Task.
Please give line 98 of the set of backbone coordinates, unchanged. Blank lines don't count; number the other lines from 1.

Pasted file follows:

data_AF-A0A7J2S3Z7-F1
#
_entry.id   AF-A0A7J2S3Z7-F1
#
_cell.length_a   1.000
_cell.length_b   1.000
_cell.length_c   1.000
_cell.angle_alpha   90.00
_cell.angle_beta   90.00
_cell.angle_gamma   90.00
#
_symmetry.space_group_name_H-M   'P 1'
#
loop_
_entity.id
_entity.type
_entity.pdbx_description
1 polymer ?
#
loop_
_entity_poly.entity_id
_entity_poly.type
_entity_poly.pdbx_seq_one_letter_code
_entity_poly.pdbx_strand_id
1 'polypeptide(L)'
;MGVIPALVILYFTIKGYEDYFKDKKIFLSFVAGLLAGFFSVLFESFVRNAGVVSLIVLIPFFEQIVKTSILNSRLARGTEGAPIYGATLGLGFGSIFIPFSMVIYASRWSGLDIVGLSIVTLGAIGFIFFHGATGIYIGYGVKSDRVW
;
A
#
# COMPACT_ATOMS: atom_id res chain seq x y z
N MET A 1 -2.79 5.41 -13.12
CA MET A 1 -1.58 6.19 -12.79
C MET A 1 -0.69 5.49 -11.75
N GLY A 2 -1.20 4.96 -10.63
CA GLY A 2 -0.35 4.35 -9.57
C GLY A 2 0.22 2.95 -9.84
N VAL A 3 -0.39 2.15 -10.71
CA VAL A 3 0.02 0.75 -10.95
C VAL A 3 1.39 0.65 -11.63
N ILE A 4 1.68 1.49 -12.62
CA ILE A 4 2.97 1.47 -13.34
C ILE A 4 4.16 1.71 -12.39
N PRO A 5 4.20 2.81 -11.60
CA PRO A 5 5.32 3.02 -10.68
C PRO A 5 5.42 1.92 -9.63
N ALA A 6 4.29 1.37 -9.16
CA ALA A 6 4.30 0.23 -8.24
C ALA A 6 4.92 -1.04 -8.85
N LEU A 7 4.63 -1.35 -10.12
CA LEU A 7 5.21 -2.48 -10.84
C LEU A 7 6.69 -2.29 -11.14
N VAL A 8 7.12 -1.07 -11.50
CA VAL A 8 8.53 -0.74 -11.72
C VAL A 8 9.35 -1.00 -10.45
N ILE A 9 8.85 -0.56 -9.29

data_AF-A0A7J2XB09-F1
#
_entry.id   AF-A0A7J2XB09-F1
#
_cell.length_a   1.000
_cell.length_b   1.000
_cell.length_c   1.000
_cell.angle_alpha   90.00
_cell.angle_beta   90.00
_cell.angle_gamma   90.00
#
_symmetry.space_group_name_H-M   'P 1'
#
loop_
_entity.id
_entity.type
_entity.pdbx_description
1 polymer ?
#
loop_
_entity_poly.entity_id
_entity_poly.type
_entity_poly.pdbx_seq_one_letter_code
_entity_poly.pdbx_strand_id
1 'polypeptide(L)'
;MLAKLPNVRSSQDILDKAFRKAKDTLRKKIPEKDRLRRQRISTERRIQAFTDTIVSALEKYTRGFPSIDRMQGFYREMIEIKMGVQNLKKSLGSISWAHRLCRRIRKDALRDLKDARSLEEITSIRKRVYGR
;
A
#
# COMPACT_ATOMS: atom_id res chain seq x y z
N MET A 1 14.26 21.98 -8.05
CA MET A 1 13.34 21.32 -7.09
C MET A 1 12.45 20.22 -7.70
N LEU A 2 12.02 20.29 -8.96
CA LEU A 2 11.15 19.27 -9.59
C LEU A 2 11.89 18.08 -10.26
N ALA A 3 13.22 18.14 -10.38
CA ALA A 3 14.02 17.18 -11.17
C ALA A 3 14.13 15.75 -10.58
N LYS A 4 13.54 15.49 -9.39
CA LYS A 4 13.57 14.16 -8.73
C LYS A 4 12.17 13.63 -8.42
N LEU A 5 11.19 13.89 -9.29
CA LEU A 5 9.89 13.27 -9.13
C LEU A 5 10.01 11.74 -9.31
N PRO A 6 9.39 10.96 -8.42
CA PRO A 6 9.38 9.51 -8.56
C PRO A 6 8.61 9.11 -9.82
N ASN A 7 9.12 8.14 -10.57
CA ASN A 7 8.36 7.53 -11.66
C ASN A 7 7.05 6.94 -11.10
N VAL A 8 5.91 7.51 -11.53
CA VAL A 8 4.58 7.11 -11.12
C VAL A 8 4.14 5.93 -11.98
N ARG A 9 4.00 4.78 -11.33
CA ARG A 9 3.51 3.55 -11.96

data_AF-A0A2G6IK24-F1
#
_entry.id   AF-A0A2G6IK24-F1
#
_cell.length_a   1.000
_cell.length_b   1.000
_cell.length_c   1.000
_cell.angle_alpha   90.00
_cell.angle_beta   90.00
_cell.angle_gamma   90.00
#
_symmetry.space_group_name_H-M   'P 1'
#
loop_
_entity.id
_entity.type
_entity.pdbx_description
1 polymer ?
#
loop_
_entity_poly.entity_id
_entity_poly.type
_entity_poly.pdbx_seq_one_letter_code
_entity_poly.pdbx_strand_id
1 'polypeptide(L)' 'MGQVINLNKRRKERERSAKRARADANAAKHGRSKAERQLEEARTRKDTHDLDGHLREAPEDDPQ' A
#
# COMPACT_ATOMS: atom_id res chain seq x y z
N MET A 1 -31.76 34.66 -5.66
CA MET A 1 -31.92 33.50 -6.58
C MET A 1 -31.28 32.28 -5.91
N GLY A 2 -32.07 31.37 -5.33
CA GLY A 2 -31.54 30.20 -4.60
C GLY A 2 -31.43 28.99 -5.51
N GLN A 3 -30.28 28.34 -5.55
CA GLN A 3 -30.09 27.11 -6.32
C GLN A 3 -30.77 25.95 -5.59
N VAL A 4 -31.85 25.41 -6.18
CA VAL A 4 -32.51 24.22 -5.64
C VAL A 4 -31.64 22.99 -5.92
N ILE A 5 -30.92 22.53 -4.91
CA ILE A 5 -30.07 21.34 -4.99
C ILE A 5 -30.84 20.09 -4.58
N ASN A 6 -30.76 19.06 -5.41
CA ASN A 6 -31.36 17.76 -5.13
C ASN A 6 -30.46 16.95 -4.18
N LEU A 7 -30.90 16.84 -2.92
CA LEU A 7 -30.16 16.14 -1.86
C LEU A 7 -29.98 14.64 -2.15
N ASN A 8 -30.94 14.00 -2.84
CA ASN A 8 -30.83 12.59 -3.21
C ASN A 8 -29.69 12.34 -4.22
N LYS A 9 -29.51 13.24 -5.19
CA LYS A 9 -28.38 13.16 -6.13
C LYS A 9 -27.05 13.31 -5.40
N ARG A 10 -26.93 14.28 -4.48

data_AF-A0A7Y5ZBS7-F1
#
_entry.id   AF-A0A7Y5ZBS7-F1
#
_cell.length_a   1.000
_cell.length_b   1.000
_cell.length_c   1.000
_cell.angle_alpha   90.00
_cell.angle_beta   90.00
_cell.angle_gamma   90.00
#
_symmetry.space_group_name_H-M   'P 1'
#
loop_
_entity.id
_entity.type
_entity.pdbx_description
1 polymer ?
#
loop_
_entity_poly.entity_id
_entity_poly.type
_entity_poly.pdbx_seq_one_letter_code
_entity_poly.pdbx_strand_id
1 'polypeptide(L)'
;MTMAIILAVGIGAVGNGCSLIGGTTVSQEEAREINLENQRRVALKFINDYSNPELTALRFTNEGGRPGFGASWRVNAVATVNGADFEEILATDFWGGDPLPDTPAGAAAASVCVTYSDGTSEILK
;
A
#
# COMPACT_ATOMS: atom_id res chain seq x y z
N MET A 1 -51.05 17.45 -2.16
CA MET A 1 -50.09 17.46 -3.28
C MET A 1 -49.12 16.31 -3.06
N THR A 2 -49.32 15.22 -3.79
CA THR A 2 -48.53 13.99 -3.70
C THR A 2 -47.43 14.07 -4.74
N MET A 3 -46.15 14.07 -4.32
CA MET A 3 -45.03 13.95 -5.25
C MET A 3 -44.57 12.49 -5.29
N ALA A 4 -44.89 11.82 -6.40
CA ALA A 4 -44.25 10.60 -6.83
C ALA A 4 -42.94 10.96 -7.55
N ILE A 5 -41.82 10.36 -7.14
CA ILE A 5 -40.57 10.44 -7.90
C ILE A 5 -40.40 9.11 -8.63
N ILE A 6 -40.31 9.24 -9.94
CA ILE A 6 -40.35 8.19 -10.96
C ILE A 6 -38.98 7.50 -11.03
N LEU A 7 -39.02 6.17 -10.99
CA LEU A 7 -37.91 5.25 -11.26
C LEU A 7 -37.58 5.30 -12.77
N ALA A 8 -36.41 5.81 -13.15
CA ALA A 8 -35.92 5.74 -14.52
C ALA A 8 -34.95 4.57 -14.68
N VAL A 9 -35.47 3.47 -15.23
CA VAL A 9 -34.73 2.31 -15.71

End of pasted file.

N LEU A 5 11.19 13.89 -9.29